BUFFALO, N.Y. (AP) — The white man who killed 10 Black people at a Buffalo supermarket made his first appearance in federal court on hate crime charges Thursday, and the judge urged prosecutors to quickly decide whether to pursue the death penalty given the “substantial” cost of those cases.
In a brief proceeding, presiding Magistrate Judge H. Kenneth Schroeder said Payton Gendron was eligible to be represented by public defenders based on his financial situation. Fielding a series of questions from the judge mostly with “yes” or “no” responses, Gendron said he had not been employed in a year, had $16 dollars in a bank account, had no car and two shares of Disney stock.
Gendron has been held without bail since his arrest shortly after the May 14 attack at a Tops Friendly Supermarket, which also left three people wounded.
He appeared in U.S. District Court on a criminal complaint charging him with 10 counts each of hate crime resulting in death and using a firearm to commit murder. The complaint also includes three counts each of hate crime involving bodily injury and attempt to kill, and using a firearm in a violent crime.
Gendron wore an orange jump suit, shackles and a black mask covering a scruffy beard. He leaned forward slightly in his chair with his head down when the judge read the charges.
No plea was entered during the proceeding.
“It's hard being here. It's hard being in a courtroom with a terrorist," said Zeneta Everhart, one of about two dozen relatives of victims who were in the courtroom. "Seeing the man who tried to kill my son sitting there, sharing the same space with him, is hard.”
Everhart's 21-year-old son, Zaire Goodman, a Tops employee, was shot in the neck as he helped a customer in the parking lot but survived.
She called being in court “part of my healing process.”
Gendron's parents were not in the courtroom.
Attorney General Merrick Garland, who met with the victims’ families in Buffalo on Wednesday, has not ruled out seeking the death penalty against Gendron.
In calling for prosecutors to make a quick decision on the death penalty, Schroeder noted such cases typically require expert testimony from psychiatrists and medical examiners.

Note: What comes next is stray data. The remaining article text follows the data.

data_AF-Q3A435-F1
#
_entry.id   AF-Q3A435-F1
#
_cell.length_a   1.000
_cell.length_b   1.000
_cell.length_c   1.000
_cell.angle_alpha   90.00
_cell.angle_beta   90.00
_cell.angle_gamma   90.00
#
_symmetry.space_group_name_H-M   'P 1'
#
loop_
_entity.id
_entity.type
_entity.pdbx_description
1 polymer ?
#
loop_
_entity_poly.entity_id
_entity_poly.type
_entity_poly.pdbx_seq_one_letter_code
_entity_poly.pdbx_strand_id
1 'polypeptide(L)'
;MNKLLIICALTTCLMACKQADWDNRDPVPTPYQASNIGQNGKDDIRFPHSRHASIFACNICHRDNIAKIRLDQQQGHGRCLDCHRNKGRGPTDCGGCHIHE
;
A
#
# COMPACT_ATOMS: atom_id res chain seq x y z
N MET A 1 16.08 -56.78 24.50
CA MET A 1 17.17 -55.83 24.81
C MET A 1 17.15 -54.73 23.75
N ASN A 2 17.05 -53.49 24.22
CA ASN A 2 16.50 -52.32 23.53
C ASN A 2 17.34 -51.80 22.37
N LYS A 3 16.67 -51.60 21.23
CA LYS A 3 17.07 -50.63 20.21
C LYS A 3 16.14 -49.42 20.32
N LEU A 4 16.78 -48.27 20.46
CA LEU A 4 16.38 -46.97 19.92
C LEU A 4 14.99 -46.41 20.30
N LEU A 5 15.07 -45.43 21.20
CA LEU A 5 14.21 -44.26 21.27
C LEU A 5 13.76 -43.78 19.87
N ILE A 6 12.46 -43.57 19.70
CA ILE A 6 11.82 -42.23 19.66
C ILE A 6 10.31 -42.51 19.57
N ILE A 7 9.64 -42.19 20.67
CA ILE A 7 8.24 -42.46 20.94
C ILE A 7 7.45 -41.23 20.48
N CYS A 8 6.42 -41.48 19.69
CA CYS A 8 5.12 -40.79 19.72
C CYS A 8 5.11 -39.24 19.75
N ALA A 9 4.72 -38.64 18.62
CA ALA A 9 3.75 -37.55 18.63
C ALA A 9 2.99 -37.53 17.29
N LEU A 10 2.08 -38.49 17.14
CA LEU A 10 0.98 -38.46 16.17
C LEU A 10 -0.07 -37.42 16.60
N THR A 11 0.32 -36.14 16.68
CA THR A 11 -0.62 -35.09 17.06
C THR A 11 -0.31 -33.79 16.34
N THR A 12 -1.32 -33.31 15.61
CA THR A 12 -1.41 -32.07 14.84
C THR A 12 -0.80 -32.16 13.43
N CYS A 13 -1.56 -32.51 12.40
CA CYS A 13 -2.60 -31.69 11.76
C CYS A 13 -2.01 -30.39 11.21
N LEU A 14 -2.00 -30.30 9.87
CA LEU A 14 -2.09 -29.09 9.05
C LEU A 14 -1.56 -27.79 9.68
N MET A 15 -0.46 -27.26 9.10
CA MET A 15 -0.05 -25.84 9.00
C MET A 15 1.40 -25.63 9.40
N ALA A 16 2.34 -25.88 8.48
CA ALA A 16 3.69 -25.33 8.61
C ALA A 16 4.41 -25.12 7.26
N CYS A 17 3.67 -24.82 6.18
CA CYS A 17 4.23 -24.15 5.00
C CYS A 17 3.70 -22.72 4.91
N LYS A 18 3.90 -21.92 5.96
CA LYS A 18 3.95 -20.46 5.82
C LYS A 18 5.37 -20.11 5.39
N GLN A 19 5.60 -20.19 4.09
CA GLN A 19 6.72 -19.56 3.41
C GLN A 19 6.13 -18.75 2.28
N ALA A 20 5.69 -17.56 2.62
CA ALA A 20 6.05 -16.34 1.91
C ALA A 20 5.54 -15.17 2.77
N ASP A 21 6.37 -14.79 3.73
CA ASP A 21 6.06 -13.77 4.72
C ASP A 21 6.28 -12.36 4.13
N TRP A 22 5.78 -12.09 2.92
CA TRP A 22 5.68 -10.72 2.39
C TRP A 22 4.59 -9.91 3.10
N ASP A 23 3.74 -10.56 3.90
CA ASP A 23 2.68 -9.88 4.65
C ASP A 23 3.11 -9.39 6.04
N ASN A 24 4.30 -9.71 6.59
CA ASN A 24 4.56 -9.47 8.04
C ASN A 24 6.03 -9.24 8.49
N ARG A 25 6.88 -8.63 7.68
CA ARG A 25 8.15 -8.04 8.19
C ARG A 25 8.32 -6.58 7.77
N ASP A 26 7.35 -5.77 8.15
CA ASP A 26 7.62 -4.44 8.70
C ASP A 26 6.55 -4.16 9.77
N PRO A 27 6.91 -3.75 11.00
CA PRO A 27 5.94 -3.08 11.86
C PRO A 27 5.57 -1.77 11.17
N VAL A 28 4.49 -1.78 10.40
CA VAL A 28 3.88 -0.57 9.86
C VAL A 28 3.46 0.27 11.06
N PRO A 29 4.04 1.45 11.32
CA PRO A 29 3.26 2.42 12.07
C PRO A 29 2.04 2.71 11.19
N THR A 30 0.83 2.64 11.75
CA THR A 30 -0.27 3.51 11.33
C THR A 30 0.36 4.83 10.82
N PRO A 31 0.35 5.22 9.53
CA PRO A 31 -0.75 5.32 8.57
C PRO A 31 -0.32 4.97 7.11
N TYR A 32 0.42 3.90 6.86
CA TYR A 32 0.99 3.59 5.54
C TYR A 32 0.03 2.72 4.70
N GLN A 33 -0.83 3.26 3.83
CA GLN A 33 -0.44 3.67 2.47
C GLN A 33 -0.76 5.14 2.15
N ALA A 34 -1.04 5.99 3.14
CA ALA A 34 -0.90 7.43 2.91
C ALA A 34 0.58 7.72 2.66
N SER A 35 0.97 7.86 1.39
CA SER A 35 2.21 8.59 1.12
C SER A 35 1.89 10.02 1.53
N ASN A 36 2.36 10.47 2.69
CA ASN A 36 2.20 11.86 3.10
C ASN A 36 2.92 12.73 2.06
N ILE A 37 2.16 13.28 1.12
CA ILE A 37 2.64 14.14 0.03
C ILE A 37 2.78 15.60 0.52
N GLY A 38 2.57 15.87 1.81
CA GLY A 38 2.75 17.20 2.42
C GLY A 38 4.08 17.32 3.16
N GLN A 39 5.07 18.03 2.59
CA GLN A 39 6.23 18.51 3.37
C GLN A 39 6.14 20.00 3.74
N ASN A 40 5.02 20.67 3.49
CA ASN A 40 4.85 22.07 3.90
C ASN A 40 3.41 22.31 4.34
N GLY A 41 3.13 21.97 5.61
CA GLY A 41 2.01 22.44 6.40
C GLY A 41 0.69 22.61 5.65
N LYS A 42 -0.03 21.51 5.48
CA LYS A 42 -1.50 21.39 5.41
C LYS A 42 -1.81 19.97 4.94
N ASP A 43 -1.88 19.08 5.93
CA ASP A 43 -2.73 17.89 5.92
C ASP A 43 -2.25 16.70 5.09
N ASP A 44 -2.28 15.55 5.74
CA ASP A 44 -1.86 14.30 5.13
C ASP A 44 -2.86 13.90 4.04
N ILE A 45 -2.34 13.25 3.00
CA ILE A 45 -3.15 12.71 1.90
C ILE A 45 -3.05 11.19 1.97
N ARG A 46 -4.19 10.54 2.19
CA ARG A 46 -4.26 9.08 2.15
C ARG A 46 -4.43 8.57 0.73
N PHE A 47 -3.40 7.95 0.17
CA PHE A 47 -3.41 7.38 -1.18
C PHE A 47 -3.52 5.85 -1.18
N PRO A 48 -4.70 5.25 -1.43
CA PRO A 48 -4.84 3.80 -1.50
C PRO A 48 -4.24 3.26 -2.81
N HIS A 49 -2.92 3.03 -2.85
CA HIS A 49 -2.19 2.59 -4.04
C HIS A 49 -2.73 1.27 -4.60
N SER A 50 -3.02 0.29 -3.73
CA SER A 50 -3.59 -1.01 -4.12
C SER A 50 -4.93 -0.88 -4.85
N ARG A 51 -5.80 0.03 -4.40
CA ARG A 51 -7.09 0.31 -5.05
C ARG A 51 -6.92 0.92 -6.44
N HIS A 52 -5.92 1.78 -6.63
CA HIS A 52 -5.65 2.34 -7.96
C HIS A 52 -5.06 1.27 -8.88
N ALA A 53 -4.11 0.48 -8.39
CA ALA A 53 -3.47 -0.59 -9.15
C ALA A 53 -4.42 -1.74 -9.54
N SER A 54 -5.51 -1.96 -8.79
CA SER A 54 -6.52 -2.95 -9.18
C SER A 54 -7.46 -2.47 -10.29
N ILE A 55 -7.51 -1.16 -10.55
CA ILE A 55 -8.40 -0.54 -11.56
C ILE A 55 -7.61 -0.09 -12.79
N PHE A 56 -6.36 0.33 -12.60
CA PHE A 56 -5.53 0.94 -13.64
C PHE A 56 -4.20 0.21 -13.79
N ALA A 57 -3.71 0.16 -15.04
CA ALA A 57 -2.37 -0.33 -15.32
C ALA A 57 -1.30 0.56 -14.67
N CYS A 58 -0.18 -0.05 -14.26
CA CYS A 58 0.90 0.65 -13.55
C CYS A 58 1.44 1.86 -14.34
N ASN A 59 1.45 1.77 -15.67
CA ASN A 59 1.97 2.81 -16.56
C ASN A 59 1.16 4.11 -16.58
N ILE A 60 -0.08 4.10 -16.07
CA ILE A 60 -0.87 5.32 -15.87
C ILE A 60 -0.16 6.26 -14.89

Federal prosecutor Joseph Tripi said the next step in the process involves an indictment. At that point, it will be the attorney general’s “sole decision” whether to seek the death penalty.
“I’m a Christian person, I don’t wish death on anyone,” a niece of 62-year-old victim Geraldine Talley said after the hearing, “but this right here I have to work with it, because I would rather see him dead.”
The niece, Tamika Harper, vowed to be at every court appearance “for my aunt and the other nine victims.”
“I'm angry, very, very angry,” said Harper, who wore pins on her top with the victims’ pictures. “He has not shown a lick of remorse.”
The federal hate crimes case is based partly on documents in which Gendron detailed his plans for the attack, including the semi-automatic rifle he would use, clothing and body armor he would wear and the portable camera that would allow him to stream the massacre live on the internet.
The writings included “statements that his motivation for the attack was to prevent Black people from replacing white people and eliminating the white race, and to inspire others to commit similar racially-motivated attacks,” according to the complaint.
Gendron was already facing a mandatory life sentence without parole if convicted on previously filed state charges, including hate-motivated domestic terrorism and murder. He has pleaded not guilty.
His lawyer in the state case declined to comment on the federal charges.
Gendron drove more than 200 miles (320 kilometers) from his home in Conklin to a predominantly Black part of Buffalo. There, authorities say, he fired approximately 60 shots at shoppers and workers.
The complaint details his path through the store's aisles in search of victims as customers and employees ran to take cover in a stock room, conference room, freezer and dairy cooler.
Gendron surrendered to police as he exited the supermarket.
Associated Press writer Michael Hill contributed from Albany, N.Y.